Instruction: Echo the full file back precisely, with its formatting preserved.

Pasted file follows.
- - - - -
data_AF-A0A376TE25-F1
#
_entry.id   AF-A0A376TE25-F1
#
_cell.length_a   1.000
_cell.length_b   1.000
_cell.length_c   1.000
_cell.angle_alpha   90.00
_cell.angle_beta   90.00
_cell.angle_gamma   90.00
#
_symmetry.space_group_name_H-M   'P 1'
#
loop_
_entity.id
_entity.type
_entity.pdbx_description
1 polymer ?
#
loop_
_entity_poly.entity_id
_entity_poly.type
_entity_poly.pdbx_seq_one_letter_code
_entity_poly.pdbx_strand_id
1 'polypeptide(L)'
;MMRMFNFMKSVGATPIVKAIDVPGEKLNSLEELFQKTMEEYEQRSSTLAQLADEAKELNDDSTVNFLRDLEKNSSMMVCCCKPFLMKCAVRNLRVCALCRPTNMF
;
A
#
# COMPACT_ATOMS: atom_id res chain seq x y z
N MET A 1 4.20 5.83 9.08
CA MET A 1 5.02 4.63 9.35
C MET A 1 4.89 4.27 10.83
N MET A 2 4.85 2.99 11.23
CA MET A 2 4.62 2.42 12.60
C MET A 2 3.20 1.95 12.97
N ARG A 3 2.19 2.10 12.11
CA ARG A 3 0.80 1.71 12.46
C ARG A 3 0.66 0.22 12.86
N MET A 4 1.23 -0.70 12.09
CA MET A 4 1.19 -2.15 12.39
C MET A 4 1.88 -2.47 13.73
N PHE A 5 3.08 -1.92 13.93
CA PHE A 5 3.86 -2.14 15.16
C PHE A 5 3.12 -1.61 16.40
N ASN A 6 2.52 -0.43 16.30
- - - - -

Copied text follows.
data_AF-A0A376TE25-F1
#
_entry.id   AF-A0A376TE25-F1
#
_cell.length_a   1.000
_cell.length_b   1.000
_cell.length_c   1.000
_cell.angle_alpha   90.00
_cell.angle_beta   90.00
_cell.angle_gamma   90.00
#
_symmetry.space_group_name_H-M   'P 1'
#
loop_
_entity.id
_entity.type
_entity.pdbx_description
1 polymer ?
#
loop_
_entity_poly.entity_id
_entity_poly.type
_entity_poly.pdbx_seq_one_letter_code
_entity_poly.pdbx_strand_id
1 'polypeptide(L)'
;MMRMFNFMKSVGATPIVKAIDVPGEKLNSLEELFQKTMEEYEQRSSTLAQLADEAKELNDDSTVNFLRDLEKNSSMMVCCCKPFLMKCAVRNLRVCALCRPTNMF
;
A
#
# COMPACT_ATOMS: atom_id res chain seq x y z
N MET A 1 4.20 5.83 9.08
CA MET A 1 5.02 4.63 9.35
C MET A 1 4.89 4.27 10.83
N MET A 2 4.85 2.99 11.23
CA MET A 2 4.62 2.42 12.60
C MET A 2 3.20 1.95 12.97
N ARG A 3 2.19 2.10 12.11
CA ARG A 3 0.80 1.71 12.46
C ARG A 3 0.66 0.22 12.86
N MET A 4 1.23 -0.70 12.09
CA MET A 4 1.19 -2.15 12.39
C MET A 4 1.88 -2.47 13.73
N PHE A 5 3.08 -1.92 13.93
CA PHE A 5 3.86 -2.14 15.16
C PHE A 5 3.12 -1.61 16.40
N ASN A 6 2.52 -0.43 16.30